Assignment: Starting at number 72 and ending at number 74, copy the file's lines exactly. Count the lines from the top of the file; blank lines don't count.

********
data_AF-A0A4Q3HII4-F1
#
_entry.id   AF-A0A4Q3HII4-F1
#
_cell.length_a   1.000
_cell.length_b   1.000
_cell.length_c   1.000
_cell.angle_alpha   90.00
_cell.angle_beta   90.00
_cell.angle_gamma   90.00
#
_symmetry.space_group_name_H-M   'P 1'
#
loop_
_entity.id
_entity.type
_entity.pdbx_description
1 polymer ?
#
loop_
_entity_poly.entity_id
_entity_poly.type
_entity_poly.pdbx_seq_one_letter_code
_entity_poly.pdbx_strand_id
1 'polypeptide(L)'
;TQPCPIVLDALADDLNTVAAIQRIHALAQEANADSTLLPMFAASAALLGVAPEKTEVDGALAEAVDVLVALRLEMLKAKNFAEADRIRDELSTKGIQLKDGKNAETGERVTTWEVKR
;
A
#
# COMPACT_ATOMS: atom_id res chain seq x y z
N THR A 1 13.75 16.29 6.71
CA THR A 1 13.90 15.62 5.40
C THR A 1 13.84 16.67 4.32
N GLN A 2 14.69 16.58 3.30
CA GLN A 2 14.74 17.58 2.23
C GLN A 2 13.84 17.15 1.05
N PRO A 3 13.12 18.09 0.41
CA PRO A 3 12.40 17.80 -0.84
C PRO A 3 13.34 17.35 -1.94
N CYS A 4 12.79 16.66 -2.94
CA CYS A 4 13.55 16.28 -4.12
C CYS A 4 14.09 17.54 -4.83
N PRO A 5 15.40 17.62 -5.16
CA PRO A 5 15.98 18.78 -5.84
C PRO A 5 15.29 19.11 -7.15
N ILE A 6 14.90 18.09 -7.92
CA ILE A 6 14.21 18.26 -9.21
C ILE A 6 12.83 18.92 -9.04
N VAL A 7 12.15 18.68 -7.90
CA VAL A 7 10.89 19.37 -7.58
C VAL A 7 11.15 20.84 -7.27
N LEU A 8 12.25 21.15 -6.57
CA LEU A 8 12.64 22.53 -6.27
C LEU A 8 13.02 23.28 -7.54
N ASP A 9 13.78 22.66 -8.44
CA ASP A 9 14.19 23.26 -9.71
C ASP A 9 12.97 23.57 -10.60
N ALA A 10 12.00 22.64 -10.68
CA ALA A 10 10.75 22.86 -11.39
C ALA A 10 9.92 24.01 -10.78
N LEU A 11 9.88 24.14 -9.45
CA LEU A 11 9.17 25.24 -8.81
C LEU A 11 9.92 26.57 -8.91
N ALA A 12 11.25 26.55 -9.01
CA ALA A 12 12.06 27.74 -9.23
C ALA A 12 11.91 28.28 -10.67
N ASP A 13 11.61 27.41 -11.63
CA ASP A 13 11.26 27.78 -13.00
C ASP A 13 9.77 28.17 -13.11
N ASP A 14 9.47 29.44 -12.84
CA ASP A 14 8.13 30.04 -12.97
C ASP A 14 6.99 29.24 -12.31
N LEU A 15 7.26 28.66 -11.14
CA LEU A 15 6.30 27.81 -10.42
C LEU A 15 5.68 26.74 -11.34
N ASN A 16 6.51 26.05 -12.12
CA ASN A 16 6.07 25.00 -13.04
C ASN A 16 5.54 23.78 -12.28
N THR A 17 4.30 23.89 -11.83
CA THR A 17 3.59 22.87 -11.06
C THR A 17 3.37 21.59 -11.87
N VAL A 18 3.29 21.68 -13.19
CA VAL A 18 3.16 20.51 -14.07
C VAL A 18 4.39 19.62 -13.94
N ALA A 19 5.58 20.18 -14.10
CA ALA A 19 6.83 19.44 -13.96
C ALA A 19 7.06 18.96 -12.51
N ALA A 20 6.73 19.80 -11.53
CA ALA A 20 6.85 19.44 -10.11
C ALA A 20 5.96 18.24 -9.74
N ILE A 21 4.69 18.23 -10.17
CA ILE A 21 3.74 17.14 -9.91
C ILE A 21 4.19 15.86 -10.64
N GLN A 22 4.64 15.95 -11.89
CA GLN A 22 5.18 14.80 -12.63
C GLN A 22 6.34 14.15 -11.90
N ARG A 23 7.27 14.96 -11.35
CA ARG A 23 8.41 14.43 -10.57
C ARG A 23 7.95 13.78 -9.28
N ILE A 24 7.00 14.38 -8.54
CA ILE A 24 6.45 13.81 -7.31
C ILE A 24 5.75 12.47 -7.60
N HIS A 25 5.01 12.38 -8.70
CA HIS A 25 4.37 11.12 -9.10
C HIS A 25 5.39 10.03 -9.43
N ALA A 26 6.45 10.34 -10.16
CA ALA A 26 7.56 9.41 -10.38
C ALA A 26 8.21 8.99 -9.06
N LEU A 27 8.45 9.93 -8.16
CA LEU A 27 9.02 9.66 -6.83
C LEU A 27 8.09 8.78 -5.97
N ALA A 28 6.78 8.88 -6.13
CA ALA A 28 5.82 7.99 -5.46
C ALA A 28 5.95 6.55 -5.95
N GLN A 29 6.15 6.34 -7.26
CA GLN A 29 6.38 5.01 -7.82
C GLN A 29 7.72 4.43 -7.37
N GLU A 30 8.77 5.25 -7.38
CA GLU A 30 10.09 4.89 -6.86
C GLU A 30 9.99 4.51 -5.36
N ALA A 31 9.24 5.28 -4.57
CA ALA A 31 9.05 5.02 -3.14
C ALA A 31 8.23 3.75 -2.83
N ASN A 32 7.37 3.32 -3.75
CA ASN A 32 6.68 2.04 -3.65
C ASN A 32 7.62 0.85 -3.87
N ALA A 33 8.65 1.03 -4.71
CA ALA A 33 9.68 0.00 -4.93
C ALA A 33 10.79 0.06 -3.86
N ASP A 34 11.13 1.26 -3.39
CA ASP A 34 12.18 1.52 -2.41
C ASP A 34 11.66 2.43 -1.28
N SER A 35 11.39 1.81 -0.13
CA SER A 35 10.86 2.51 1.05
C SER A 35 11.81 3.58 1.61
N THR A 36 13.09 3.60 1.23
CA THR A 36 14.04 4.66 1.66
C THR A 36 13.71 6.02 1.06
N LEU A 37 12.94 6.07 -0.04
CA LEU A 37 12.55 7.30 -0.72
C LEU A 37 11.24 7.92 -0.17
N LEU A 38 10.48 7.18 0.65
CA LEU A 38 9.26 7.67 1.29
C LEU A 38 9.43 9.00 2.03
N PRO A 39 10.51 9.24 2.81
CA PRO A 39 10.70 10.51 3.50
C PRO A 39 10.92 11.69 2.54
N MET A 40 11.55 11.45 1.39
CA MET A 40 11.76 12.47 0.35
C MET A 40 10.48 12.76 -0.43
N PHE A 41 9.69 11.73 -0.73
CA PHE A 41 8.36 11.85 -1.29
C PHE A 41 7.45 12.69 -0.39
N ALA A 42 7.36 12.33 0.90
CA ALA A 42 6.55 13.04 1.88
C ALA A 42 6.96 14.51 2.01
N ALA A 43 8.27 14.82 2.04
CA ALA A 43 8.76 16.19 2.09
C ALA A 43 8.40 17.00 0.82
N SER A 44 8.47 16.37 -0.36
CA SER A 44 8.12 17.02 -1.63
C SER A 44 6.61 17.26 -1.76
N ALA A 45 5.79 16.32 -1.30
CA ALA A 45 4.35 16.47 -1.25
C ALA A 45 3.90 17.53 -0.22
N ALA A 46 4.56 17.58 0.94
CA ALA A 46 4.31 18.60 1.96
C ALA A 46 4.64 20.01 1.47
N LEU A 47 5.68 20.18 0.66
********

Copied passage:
C ASP A 14 6.99 29.24 -12.31
N LEU A 15 7.26 28.66 -11.14
CA LEU A 15 6.30 27.81 -10.42